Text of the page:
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Wednesday, July 2, 2014

Ben Stevens guest post


A friend of mine has written a book! I think I will pick this one up for some summer reading:

I'm so excited to announce that my first book, Why God Created the World: A Jonathan Edwards Adaptation, is being released by Navpress this week! Here's the first paragraph:

"...For most of my life, I never thought to ask myself why God created the world. I had asked myself the question, 'why did God create me specifically,' which seemed like a more practical thing to wonder. But the answers I found to that question always struck me as shallow. I think that’s because it’s impossible to understand what part we play in a story if we have never grasped what the story is about in the first place...."

I wanted to ask whether you might consider mentioning the book today to your circle of friends or to anyone you know who might find the topic interesting. The best way to hear about something like this is from a friend, so I'd be honored if you would consider sharing: 
Thanks for your encouragement and all the best from Berlin!


Thursday, March 20, 2014

Treasuring Christ When Your Hands Are Full~ by Gloria Furman

Treasuring Christ When Your Hands Are Full by Gloria FurmanHere is a great book to recommend to weary moms. It is coming out in April but you can pre-order a copy!

A tsunami of self-help books on parenting has hit the Christian coastline and flooded bookstores and homes. The cyber tidal wave of practical tips is not any weaker and engulfs much of social media. When I scroll through my Facebook news feed, I am, in fact, drawn to some of the posts that seem to offer quick fixes to my parenting problems. Want to raise successful kids? No problem, just do A, B and C! Want to make sure your kids don't get cancer? No problem, just feed them X, Y and Z. It is not that these questions are unimportant but the way they are approached often leaves parents guilt-laden and exhausted.
You will find Gloria Furman's little book Treasuring Christ When Your Hands Are Full -Gospel Meditations for Busy Moms to be an antidote to the ills of self-help.  You will not find any practical parenting tips here. In fact, her explicit goal as a writer was to "[R]esist the urge to reduce God's word to nice tips for nice living: give them the gospel"(p. 21). And that is exactly what she does!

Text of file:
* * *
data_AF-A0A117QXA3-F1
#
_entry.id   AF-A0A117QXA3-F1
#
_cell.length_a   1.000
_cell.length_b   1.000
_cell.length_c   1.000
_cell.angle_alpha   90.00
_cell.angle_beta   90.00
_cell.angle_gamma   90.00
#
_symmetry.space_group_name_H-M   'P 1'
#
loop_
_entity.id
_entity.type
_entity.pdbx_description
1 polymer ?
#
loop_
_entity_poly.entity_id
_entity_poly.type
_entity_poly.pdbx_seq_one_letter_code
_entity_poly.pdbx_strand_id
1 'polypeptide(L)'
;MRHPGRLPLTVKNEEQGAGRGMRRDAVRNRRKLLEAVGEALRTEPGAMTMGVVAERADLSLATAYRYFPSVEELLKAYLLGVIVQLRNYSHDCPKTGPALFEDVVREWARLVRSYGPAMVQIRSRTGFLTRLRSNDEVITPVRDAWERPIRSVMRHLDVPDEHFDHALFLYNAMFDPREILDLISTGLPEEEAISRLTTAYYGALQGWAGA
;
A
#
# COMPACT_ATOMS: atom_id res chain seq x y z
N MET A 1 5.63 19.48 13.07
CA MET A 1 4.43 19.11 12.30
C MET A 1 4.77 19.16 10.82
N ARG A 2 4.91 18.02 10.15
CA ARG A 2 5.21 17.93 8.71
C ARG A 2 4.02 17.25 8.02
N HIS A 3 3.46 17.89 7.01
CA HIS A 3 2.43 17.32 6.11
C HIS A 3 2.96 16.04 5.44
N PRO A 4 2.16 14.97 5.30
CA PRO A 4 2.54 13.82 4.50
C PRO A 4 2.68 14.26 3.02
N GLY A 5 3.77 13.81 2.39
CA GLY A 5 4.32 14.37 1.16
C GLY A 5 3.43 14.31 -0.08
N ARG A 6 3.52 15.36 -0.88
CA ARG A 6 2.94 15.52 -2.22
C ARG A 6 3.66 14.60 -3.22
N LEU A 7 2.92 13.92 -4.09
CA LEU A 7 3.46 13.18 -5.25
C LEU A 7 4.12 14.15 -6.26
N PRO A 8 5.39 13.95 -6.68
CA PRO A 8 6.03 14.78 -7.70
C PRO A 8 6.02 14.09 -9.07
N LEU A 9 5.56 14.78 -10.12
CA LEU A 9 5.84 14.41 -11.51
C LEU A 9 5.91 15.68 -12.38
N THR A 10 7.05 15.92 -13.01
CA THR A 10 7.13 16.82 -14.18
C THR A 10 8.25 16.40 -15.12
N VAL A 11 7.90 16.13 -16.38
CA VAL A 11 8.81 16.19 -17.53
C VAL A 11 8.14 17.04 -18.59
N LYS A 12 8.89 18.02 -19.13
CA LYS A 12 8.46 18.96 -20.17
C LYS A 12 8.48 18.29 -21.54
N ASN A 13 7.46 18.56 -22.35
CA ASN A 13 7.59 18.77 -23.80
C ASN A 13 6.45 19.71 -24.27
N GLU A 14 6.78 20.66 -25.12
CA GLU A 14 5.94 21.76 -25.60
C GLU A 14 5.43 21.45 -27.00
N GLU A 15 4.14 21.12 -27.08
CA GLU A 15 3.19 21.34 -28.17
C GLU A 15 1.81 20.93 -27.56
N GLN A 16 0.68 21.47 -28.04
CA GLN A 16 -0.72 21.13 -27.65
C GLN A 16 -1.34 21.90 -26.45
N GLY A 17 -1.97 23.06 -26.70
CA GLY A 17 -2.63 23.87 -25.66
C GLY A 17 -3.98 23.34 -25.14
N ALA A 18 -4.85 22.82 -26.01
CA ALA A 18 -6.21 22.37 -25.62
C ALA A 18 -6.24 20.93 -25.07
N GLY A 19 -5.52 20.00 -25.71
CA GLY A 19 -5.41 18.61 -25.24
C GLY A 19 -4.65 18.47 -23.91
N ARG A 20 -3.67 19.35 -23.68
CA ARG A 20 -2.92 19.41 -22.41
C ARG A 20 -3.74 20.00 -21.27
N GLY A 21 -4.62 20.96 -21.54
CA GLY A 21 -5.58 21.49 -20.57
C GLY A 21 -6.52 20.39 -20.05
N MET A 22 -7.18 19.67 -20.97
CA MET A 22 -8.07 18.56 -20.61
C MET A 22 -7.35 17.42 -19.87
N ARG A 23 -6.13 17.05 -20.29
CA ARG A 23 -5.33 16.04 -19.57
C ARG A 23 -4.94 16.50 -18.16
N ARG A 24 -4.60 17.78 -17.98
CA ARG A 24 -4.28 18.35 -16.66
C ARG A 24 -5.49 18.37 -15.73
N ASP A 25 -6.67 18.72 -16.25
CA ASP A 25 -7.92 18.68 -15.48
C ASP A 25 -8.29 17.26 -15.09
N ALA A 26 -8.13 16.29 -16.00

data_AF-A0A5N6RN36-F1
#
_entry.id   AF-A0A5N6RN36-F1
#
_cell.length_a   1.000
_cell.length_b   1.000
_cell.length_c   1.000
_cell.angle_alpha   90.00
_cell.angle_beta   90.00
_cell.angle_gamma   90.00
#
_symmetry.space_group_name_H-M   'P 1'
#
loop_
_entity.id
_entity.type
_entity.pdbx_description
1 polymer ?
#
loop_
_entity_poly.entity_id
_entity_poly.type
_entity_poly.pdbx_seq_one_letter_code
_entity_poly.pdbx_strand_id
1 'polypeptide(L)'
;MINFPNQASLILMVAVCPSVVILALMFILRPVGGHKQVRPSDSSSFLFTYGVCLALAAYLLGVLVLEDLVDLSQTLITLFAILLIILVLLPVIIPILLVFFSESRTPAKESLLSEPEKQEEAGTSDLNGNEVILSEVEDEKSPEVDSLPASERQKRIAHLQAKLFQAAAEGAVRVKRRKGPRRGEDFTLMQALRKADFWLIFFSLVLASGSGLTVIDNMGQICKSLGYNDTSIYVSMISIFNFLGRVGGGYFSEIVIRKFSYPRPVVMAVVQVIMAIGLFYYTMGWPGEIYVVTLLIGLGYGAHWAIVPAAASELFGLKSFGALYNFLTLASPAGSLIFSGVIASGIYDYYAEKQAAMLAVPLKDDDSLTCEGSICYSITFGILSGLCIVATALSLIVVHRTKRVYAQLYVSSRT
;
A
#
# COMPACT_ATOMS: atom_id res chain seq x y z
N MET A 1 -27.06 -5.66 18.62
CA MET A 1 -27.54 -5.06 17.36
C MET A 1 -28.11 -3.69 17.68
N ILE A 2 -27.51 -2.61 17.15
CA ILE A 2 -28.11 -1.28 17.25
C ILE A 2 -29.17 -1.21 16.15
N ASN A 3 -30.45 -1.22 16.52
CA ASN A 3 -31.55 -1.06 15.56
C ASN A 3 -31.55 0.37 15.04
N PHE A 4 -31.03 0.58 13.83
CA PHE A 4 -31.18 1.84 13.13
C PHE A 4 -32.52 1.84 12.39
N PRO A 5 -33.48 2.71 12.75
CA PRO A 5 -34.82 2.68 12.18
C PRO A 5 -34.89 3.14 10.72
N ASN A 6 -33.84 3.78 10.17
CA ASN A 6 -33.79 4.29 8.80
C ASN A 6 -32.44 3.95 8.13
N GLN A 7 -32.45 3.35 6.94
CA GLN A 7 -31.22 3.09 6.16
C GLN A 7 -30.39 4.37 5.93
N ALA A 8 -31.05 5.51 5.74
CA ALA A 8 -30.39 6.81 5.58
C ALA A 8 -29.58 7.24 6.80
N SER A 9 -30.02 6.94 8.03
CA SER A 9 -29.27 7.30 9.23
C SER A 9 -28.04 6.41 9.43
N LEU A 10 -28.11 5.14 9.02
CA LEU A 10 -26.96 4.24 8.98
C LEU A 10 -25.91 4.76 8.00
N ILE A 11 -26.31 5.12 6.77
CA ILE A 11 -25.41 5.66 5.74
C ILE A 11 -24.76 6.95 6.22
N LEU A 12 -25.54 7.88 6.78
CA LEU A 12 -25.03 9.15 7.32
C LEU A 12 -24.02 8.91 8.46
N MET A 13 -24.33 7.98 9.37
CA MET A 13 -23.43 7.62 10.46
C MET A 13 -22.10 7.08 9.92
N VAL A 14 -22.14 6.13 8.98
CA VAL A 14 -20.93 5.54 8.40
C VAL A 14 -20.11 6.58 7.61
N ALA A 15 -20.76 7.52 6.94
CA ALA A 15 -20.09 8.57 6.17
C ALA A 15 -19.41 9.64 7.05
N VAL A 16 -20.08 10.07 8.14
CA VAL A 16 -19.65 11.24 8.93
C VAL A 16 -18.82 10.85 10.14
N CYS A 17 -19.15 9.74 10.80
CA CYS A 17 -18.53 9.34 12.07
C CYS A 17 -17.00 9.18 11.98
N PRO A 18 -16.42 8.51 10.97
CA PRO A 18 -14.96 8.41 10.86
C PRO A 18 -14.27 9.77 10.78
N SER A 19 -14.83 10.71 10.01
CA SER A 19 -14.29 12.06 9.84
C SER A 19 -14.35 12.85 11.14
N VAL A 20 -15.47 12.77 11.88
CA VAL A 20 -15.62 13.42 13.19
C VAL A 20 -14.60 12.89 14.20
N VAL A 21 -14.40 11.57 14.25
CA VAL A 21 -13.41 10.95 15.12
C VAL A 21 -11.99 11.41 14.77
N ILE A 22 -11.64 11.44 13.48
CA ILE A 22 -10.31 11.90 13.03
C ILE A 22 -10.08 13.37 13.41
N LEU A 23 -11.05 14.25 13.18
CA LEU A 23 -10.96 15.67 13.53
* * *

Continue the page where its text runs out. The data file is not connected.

So, instead of a "band-aid on the wound" approach to the difficulties of motherhood, Furman provides her readers with a wide, over-arching understanding of God's redemptive purpose for motherhood. Giving birth to and raising image-bearers of God is a divine occupation that flies in the face of Satan's destructive plans for this world. Even the mundane, challenging, complicating  and failing moments of motherhood can be transformed into an act of worship when seen from the perspective of eternity. Mothers who want to communicate an understanding of grace to their children need to first be recipients of the gospel of grace themselves.
The book is filled with great Scriptures, transparent personal stories coming from the author's life and a singular throbbing heart-beat throughout each chapter: the gospel, the gospel, the gospel. Furman is dogged about weaving  the message of grace into her story and her book  as a way to minister to other weary mothers  and that is a balm to the soul. I particularly loved the last chapter entitled "The Metanarrative of Motherhood" in which the author gives a mini biblical theology of motherhood. That topic deserves a book of its own!
Most women will find this book a confirmation of their call to motherhood and a motivation to cling to Jesus more and more as they honor Him through their task. Though Furman does say that "[T]he highest aim of womanhood is not motherhood; the highest aim of womanhood is being conformed to the image of Christ" (p. 139), it does still beg the question of what the implications are for single women or married women without children. How do they fit into God's redemptive purpose? Can mothering be seen more broadly than just physical mothering? I would have appreciated a discussion on how childless women can still be a part of this tremendous, redemptive plan without raising physical children of their own. But maybe this transcends the purview of this book.